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Peter Robert Jackson is one of the most famous, successful, and highly influential people in the global film industry. He works as a film producer, director, and screenwriter, who came to global recognition through his films The Lord of the Rings and The Hobbit (Sibley, 2013). Peter Jackson was born in 1961, in a small town in New Zealand called Pukerua Bay.
He does not have any siblings and has English roots. His mother Joan and his father Bill Jackson migrated to New Zealand from England. His mother was a homemaker and a factory worker, while his father worked as a wages clerk, and participated in World War II (Thompson, 2006). Jackson has been married to Fran Walsh since 1987, and the couple has two children.
Fran Walsh has been influential in the successful career of her husband, as she has always helped to write scripts and provide managerial support. Peter Jackson owns a film production company called Wingnut Films (Prigge, 2005). Various factors have influenced and inspired Jackson on his journey towards becoming a global icon in the film industry.
Throughout his career, he has received numerous awards and nominations for his success and influence towards the growth of the industry. Peter Jackson has proved to be a real trendsetter in the film industry, and a consistent performer who seeks to inspire others and meet market demands (Sibley, 2013).
How he started his career
Peter Jackson started his career as a young boy when his family was living near Wellington, a coastal town in New Zealand. He first encountered the world of movies at a tender age of five, when his family purchased a television set (Jackson, 2005). He was highly thrilled by a program that aired from 1965 to 1966, known as the Thunderbirds.
This show helped Jackson to develop a sentimental attachment to films. He later watched a movie called King Kong that Jackson says is his favorite movie that influenced his career in many ways (Stratford, 2009).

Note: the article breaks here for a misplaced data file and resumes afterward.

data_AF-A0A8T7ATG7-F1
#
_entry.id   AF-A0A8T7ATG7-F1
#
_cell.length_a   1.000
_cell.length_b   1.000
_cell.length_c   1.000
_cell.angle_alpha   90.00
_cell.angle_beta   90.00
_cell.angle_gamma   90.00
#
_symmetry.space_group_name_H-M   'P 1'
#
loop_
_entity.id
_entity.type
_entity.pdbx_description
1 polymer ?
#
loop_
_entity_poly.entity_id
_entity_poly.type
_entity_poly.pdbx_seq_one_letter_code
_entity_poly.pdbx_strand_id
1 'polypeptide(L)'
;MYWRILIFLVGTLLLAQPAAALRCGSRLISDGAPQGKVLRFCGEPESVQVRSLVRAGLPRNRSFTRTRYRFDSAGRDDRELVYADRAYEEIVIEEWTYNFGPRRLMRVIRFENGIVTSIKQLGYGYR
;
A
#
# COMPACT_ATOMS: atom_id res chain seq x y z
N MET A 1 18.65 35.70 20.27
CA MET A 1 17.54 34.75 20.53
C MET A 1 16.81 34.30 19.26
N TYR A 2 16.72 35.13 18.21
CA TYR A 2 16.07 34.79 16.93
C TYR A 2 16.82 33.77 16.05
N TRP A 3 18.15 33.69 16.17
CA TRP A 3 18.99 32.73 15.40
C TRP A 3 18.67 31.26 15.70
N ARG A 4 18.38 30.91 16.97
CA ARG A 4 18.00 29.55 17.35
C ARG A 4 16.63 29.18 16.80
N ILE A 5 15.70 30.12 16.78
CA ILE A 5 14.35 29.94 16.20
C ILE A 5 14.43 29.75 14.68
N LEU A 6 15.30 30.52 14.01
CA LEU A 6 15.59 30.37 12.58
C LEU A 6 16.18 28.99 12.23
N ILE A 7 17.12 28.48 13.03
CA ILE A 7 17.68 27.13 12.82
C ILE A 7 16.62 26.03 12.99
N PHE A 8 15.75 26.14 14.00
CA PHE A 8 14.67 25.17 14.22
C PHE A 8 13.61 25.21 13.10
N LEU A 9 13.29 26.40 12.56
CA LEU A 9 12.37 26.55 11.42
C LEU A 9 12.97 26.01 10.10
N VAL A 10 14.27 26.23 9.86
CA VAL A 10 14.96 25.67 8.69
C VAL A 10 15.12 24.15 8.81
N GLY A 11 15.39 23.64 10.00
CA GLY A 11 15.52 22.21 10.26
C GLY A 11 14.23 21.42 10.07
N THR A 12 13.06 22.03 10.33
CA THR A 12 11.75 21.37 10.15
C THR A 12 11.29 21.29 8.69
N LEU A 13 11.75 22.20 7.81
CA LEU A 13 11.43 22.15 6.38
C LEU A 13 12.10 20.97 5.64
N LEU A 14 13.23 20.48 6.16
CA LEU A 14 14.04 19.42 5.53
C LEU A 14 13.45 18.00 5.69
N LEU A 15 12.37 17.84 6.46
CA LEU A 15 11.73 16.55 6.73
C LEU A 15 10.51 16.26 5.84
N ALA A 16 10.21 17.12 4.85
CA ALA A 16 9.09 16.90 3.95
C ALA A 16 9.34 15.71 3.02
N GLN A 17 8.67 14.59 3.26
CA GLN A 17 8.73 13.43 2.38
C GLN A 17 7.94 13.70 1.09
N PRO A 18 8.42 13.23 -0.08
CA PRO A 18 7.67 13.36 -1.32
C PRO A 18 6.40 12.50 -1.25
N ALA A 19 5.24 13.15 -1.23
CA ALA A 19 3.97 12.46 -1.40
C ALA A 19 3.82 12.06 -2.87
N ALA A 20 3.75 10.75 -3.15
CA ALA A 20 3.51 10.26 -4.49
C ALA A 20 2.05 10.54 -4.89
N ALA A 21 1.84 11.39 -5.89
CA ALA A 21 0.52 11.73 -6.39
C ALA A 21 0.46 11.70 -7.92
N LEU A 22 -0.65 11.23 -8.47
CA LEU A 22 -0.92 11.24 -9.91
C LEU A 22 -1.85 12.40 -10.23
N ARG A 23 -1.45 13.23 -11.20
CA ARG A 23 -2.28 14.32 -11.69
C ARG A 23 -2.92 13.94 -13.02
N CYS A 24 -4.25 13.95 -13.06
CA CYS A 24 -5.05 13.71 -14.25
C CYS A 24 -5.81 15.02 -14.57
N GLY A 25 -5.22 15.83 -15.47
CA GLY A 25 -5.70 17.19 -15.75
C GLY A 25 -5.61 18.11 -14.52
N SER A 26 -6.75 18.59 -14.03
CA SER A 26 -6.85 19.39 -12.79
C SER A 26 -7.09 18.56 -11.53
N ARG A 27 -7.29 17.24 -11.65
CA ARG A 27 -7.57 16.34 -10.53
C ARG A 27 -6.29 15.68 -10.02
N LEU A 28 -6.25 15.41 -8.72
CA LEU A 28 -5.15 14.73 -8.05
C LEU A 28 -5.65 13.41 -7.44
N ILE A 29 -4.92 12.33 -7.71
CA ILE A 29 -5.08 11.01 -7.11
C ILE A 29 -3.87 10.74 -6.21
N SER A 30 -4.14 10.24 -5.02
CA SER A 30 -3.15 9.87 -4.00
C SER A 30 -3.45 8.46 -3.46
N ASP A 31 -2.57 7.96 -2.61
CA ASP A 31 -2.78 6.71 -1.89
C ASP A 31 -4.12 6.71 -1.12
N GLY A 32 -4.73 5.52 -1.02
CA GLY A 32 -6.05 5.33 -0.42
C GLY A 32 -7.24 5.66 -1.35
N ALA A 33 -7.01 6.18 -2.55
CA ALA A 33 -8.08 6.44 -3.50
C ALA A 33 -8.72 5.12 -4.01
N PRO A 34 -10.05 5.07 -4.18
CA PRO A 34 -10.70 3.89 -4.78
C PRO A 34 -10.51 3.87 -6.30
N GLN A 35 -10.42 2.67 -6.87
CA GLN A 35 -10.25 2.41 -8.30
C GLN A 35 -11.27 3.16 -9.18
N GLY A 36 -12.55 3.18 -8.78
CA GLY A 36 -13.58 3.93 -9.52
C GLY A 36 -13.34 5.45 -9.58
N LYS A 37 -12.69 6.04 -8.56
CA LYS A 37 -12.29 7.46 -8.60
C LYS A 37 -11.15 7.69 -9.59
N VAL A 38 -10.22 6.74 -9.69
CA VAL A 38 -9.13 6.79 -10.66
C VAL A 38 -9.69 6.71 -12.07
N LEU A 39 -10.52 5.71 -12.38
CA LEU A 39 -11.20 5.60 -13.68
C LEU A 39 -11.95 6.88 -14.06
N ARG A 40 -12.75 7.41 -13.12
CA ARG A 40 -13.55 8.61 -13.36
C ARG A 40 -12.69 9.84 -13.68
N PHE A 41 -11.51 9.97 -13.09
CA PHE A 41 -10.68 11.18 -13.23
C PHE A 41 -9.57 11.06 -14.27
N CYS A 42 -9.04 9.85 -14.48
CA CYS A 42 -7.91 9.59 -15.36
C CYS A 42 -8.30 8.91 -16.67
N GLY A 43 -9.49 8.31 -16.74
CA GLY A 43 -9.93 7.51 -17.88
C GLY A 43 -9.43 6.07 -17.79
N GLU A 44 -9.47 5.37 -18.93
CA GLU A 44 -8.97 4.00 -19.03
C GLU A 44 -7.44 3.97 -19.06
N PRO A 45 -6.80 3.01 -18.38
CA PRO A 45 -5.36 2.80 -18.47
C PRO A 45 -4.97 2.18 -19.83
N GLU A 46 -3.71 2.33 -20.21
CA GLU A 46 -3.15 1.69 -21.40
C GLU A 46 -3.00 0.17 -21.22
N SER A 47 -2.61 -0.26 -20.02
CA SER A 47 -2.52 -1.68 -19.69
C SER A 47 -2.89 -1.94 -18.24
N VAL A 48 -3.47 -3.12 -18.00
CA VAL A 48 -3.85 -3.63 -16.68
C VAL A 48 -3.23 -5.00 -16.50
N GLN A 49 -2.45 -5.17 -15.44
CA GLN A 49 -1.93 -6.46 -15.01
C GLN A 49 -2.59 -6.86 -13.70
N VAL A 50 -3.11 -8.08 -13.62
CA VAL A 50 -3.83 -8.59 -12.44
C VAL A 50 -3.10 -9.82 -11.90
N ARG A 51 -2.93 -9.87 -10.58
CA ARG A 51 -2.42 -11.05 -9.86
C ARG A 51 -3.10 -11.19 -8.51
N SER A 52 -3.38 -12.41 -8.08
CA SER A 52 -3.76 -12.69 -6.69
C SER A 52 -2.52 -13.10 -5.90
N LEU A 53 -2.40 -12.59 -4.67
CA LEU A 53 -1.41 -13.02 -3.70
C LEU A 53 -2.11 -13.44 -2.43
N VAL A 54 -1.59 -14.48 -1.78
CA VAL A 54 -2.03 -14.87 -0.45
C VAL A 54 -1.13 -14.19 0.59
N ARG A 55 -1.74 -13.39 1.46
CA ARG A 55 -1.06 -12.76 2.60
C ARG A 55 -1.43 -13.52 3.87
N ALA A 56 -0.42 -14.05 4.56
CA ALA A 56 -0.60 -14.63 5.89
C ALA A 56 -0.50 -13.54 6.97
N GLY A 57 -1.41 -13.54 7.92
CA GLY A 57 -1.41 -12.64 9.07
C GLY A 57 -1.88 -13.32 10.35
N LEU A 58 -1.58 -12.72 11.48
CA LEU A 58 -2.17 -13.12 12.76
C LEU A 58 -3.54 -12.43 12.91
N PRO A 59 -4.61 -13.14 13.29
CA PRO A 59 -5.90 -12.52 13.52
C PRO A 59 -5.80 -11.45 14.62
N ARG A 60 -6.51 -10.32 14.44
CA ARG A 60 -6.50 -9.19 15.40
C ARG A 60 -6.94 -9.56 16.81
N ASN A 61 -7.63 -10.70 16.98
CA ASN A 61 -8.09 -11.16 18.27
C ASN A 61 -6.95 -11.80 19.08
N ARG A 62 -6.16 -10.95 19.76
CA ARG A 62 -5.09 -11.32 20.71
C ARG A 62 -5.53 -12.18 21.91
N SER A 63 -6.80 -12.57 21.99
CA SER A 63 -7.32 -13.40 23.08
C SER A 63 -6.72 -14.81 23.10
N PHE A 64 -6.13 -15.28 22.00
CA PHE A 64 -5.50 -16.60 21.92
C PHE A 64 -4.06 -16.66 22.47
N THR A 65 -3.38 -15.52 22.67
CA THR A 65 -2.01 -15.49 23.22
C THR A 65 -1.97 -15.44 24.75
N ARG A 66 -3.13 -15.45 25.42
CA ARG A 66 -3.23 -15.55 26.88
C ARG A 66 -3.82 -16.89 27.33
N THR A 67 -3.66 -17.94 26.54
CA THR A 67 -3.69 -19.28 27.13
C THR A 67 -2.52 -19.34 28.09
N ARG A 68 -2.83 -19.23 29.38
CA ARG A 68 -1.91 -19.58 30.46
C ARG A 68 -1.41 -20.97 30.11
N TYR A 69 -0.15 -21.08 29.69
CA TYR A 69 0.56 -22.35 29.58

A major event in his career happened at age nine, when a close friend of his parents handed him a super 8-movie camera as a motivation for his visible passion for film and photography. Using this camera, Jackson began making short, simple, and cheap films from the comfort of his parent’s home. His friends contributed by taking different set roles on a voluntary basis (Thompson, 2006).
After gaining some experience, Jackson believed he was ready to make real films. He carried on with his production trademark used in the short films of incorporating unique effects, and low production costs. The most notable film he made during his teenage years was World War II.
The film was good and the effects used to simulate a firing gun were highly notable to viewers (Prigge, 2005). Jackson produced a number of other amateur movies such as The Valley, Bad Taste, The Dwarf Patrol, and Cold Finger among others. Jackson created The Lord of the Rings Trilogy, after reading the work of renowned author J.R.R. Tolkien (Morton, 2005).
The movie Bad Taste, started as a usual amateur movie for Jackson. However, he did not know that it would present a good opportunity for a breakthrough in the industry. Peter Jackson did almost everything in this movie using his savings from a job he had in a photography shop, and a sizeable grant from the film commission of New Zealand (Morton, 2005).
Through a friend, the film premiered during the Cannes film festival. The movie received many positive remarks and an award for its unique effects, a good script, its comic nature, and top class production (Sibley, 2013). This fame and recognition motivated Jackson to produce his first professional movie in 1992 that he called Brain Dead. Since then, Peter Jackson continued to develop his passion for films.